Piper Laurie

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Piper Laurie
Piper Laurie 1990.jpg
Piper Laurie at the 42nd Primetime Emmy Awards in 1990
BornRosetta Jacobs
(1932-01-22) January 22, 1932 (age 83)
Detroit, Michigan, U.S.
Years active1950–present
Spouse(s)Joe Morgenstern (1962–82; 1 child; divorced)
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Piper Laurie
Piper Laurie 1990.jpg
Piper Laurie at the 42nd Primetime Emmy Awards in 1990
BornRosetta Jacobs
(1932-01-22) January 22, 1932 (age 83)
Detroit, Michigan, U.S.
Years active1950–present
Spouse(s)Joe Morgenstern (1962–82; 1 child; divorced)

Piper Laurie (born January 22, 1932) is an American actress of stage and screen known for her roles in the films The Hustler, Carrie, and Children of a Lesser God, all of which brought her Academy Award nominations. She is also known for her performance as Catherine Martell in the cult television series Twin Peaks for which she won a Golden Globe Award in 1991.

Early life[edit]

Piper Laurie was born as Rosetta Jacobs on January 22, 1932, in Detroit, Michigan, the younger daughter of Charlotte Sadie (née Alperin) and Alfred Jacobs, a furniture dealer.[1] Her grandparents were Jewish immigrants, from Poland on her father's side and Russia on her mother's .[2][3][4] She was delivered, according to her 2011 autobiography, Learning to Live Out Loud: a Memoir (ISBN 978-0-8230-2668-5), by a "male midwife ... in a one-bedroom walk-up on Tyler Street in Detroit". Alfred Jacobs moved the family to Los Angeles, California in 1938, where she attended Hebrew school, and to combat her shyness her parents provided her with weekly elocution lessons; this activity eventually led her to minor roles at nearby Universal Studios.[2] For a large chunk of her early childhood, her parents placed her and her older sister in a children's home, which they both despised.[5]


In 1949, Rosetta Jacobs signed a contract with Universal Studios, changing her screen name to Piper Laurie, by which she has been known professionally since. Her breakout role was in Louisa, with Ronald Reagan (whom she dated a few times before his marriage to Nancy Davis; she claimed in her autobiography that she lost her virginity to him).[6] Several other roles followed: Francis Goes to the Races (1951, co-starring Donald O'Connor); Son of Ali Baba (1952, co-starring Tony Curtis); and Ain't Misbehavin' (1955, co-starring Rory Calhoun).[citation needed]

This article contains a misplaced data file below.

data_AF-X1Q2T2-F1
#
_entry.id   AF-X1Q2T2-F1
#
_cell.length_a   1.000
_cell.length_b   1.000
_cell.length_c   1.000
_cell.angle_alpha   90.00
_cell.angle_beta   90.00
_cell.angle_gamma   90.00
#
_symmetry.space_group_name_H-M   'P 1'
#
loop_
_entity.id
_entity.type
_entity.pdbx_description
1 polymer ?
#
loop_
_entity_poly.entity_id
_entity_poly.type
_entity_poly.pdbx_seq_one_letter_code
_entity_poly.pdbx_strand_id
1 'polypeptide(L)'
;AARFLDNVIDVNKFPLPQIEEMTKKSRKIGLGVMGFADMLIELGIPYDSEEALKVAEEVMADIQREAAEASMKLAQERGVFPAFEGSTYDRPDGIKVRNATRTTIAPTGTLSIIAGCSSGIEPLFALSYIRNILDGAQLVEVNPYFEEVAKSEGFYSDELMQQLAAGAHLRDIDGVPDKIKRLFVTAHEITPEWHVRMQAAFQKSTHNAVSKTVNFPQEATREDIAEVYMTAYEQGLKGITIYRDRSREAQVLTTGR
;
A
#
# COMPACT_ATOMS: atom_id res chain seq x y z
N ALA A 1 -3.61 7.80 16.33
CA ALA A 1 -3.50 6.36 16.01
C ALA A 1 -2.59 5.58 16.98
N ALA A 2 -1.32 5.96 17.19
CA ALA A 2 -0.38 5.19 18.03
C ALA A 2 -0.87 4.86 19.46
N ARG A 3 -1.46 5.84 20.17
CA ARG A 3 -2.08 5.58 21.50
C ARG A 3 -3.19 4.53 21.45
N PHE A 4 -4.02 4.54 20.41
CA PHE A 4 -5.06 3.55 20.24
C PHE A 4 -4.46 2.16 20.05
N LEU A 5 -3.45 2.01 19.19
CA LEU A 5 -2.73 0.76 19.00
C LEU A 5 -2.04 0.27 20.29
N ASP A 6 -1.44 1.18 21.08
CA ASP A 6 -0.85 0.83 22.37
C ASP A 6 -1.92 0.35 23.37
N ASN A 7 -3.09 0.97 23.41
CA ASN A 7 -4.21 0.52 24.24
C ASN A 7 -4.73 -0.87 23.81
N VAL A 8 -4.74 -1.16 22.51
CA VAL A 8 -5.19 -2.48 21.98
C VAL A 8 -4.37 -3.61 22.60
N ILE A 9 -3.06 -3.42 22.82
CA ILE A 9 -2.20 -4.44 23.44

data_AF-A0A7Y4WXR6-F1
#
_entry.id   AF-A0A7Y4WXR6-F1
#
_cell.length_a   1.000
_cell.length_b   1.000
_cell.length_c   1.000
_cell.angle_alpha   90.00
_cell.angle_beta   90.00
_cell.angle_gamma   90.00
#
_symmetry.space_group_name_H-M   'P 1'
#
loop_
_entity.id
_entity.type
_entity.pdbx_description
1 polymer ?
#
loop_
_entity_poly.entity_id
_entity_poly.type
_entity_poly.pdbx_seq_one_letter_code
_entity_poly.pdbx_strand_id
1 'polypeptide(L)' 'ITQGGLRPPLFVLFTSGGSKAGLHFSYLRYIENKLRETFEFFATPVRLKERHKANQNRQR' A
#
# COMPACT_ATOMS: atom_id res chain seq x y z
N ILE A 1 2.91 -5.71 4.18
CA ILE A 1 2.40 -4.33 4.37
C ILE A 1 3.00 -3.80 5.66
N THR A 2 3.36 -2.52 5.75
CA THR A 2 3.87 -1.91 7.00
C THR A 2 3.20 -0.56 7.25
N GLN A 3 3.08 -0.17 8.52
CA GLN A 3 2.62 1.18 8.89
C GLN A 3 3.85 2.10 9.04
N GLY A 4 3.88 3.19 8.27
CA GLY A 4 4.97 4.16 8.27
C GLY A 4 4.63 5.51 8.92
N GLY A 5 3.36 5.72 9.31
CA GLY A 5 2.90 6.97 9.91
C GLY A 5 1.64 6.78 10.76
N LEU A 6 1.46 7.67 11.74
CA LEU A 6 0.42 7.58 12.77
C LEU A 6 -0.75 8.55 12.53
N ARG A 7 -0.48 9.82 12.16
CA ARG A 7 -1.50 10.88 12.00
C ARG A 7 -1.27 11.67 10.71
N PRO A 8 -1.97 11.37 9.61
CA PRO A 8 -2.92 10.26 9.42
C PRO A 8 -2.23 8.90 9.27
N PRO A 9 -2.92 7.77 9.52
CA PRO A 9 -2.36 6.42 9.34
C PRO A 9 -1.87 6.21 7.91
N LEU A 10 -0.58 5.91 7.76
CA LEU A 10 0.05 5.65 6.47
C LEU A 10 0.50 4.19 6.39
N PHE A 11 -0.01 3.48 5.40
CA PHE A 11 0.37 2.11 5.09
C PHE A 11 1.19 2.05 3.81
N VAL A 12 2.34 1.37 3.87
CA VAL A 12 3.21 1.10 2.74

To enhance her image, Universal Studios told gossip columnists that Laurie bathed in milk and ate flower petals to protect her luminous skin. Discouraged by the lack of substantial film roles,[7] she moved to New York to study acting and to seek work on the stage and in television. She appeared in Twelfth Night, produced by Hallmark Hall of Fame; in Days of Wine and Roses with Cliff Robertson, presented by Playhouse 90 on October 2, 1958 (in the film version, their roles were taken over by Jack Lemmon and Lee Remick); and in Winterset, presented by Playhouse 90 in 1959.[citation needed]

She was again lured to Hollywood by the offer to co-star with Paul Newman in The Hustler, which was released in 1961. She played Newman's girlfriend, Sarah Packard, and for her performance she received an Academy Award nomination for Best Actress. Substantial movie roles did not come her way after The Hustler, so she and her husband moved to New York State.

Laurie did not appear in another feature film again until she accepted the role of Margaret White in the horror film Carrie (1976). She received an Oscar nomination for Best Supporting Actress for her performance in that role, and it, along with the commercial success of the film, relaunched her career.